Auckland: Some of their bowling and fielding frailties exposed in the series-opener, India will aim for quick course correction when they take on a resurgent New Zealand in the second ODI here Saturday.
Flying high after the 5-0 whitewash of New Zealand in the T20 series, India were brought to the ground after the hosts took a 1-0 lead in the three-match series with a four-wicket win in the first ODI.
The Black Caps chased down their highest-ever total in ODI cricket at Seddon Park and the toss will be crucial once again at the even shorter Eden Park where the side batting second will have a clear advantage.
India find themselves in a familiar situation after the loss in Hamilton. But the visitors have come from behind against the West Indies and Australia to win their last two ODI series and Virat Kohli’s men will look to do the same here.
Like in Chennai against the West Indies, or in Mumbai against Australia, India’s loss at Hamilton was down to their lack of ability to take wickets in the middle overs. The opposition batsmen took advantage to hit big and the Indian attack didn’t have any answers.
India’s fielding too will be under the scanner. In each of those losses at Chennai, Mumbai and Hamilton, it was poor despite flashes of individual brilliance.
The general fielding standards have gone down since the Bangladesh series and there is a need for a collective all-round effort from the visitors to bounce back.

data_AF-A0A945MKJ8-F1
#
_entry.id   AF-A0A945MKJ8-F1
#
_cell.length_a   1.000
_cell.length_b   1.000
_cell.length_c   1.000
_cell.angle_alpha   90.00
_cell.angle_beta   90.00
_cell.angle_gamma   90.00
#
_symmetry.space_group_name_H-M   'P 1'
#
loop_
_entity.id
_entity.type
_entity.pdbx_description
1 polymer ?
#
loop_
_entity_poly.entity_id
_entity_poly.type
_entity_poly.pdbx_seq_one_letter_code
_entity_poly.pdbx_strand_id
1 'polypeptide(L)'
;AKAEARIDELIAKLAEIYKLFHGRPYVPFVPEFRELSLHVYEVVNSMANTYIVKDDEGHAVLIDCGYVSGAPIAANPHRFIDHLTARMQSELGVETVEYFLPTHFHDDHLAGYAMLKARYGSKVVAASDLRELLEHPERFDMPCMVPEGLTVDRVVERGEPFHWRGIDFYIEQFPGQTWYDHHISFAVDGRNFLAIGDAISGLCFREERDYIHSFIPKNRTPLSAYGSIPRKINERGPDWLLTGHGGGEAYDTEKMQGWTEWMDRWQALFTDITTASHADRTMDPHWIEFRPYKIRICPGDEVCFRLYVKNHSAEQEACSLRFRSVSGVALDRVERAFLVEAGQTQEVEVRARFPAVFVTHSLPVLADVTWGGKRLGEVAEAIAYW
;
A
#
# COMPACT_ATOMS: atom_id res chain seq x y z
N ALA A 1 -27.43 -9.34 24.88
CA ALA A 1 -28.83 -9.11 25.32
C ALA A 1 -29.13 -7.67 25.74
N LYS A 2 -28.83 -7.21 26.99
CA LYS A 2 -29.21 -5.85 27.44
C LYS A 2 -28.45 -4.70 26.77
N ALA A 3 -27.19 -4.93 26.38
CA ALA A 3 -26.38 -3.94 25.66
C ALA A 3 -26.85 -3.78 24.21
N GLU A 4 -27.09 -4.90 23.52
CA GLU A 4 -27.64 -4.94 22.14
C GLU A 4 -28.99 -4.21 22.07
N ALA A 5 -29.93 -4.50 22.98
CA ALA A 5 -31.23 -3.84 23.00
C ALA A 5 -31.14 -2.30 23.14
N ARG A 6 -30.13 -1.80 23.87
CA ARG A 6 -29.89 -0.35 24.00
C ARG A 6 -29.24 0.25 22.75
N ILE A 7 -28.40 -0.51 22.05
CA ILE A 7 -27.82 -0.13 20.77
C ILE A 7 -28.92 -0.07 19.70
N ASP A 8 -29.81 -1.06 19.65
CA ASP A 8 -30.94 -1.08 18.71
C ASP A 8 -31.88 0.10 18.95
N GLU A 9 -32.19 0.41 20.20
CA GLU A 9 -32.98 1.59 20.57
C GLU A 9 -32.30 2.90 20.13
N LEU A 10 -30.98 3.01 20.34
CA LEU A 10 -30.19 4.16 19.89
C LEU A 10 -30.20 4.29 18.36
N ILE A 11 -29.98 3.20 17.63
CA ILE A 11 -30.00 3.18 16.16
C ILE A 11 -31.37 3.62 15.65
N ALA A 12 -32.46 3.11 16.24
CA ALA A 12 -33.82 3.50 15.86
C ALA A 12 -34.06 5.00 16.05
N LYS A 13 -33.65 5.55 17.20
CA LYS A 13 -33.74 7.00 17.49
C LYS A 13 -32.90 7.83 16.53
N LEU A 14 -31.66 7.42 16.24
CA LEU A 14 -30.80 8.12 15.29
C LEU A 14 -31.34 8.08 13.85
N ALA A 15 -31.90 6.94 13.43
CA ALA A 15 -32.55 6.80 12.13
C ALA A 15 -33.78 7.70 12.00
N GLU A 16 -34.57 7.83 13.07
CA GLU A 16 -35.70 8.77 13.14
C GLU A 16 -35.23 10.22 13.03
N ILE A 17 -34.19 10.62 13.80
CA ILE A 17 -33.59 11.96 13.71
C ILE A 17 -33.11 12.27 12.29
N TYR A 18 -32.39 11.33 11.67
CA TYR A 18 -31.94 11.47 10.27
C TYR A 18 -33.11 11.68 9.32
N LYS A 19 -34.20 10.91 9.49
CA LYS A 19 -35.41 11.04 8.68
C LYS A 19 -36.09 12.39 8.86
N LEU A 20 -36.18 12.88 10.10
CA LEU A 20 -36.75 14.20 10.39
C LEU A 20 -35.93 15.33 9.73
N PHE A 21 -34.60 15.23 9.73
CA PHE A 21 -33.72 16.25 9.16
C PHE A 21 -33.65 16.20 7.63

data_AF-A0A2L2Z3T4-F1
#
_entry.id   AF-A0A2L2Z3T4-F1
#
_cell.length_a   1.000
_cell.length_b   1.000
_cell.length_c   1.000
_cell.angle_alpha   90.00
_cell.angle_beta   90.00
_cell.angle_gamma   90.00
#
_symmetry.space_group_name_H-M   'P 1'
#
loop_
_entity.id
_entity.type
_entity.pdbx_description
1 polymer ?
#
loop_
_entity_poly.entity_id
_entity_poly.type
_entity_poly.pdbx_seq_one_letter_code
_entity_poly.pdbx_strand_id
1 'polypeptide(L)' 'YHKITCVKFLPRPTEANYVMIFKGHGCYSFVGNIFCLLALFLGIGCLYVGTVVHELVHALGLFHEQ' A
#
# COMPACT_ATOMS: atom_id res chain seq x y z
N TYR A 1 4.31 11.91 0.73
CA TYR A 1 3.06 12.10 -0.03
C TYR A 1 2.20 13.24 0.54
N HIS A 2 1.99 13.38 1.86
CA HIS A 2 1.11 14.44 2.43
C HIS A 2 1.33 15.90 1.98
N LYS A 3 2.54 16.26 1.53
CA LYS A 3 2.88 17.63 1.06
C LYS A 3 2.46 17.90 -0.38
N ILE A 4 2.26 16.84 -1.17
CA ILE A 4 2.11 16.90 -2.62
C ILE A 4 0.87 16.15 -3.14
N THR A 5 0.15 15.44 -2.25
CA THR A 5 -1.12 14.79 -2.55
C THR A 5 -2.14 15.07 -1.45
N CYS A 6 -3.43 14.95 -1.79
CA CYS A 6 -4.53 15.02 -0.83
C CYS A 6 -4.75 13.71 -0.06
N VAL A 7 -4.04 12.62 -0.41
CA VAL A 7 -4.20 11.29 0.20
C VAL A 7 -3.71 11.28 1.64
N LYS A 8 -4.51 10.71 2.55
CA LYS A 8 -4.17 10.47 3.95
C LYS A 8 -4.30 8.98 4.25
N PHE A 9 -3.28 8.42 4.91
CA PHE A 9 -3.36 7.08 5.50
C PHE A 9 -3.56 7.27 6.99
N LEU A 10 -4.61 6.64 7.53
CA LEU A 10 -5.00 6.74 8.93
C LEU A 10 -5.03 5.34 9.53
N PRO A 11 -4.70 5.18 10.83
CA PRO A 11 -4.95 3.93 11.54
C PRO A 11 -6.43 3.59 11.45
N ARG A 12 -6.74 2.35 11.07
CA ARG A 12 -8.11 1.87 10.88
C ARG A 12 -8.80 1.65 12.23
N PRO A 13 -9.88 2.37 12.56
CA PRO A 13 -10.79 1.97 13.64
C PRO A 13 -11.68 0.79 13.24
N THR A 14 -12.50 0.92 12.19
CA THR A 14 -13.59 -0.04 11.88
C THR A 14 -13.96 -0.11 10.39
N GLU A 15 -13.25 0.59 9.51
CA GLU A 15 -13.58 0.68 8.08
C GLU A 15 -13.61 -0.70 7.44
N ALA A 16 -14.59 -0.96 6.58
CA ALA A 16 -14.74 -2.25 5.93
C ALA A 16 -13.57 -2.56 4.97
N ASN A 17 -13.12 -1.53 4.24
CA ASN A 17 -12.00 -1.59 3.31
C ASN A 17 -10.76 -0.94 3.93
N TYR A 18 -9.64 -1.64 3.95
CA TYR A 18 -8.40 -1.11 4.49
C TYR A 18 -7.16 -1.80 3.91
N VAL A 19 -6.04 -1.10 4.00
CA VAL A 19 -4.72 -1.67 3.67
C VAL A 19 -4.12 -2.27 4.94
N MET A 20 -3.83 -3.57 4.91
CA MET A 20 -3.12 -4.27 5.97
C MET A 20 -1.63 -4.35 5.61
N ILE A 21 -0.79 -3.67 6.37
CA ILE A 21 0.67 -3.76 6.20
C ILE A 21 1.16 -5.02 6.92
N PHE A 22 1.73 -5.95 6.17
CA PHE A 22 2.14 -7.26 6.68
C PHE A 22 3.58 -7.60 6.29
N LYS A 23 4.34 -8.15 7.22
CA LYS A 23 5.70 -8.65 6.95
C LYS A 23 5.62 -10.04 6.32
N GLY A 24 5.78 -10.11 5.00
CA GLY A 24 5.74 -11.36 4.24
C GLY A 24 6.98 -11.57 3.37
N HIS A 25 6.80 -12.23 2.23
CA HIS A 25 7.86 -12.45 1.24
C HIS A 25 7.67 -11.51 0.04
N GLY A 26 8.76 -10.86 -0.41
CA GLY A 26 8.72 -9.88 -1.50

At the nets, the Men in Blue had an optional training session Friday. Navdeep Saini and Shardul Thakur both didn’t just bowl, but also batted in the nets.
Thakur was expensive in his outings at Eden Park during the T20Is, and he didn’t impress in the first ODI either and India could think of replacing him with Saini.
The other contemplation will be about Kedar Jadhav’s role in the side. Selected primarily to bring balance to the playing eleven with his part-time spin, Kohli didn’t give him a single over in Hamilton.
Perhaps it was due to the short boundaries. In that light, bowling Jadhav at Eden Park makes even less sense. It could merit giving Shivam Dube a go here, or even playing a full-time batsman in Manish Pandey.
Rest of the batting line-up picks itself with the new opening pair of Agarwal and Prithvi Shaw settling in well in their first outing and the team management will hope the duo can add a few more runs than last time.
For New Zealand, a change in personnel has worked wonders after their T20 whitewash.
Stand-in skipper Tom Latham’s batting in the middle worked for them, and Henry Nicholls confirmed he will continue to open the innings with Martin Guptill.
Ross Taylor has been in rampaging form and he will look to continue the good work Saturday.
Auckland pacer, the six-foot-eight tall Kyle Jamieson will make his debut on home ground Saturday, replacing Ish Sodhi in the side.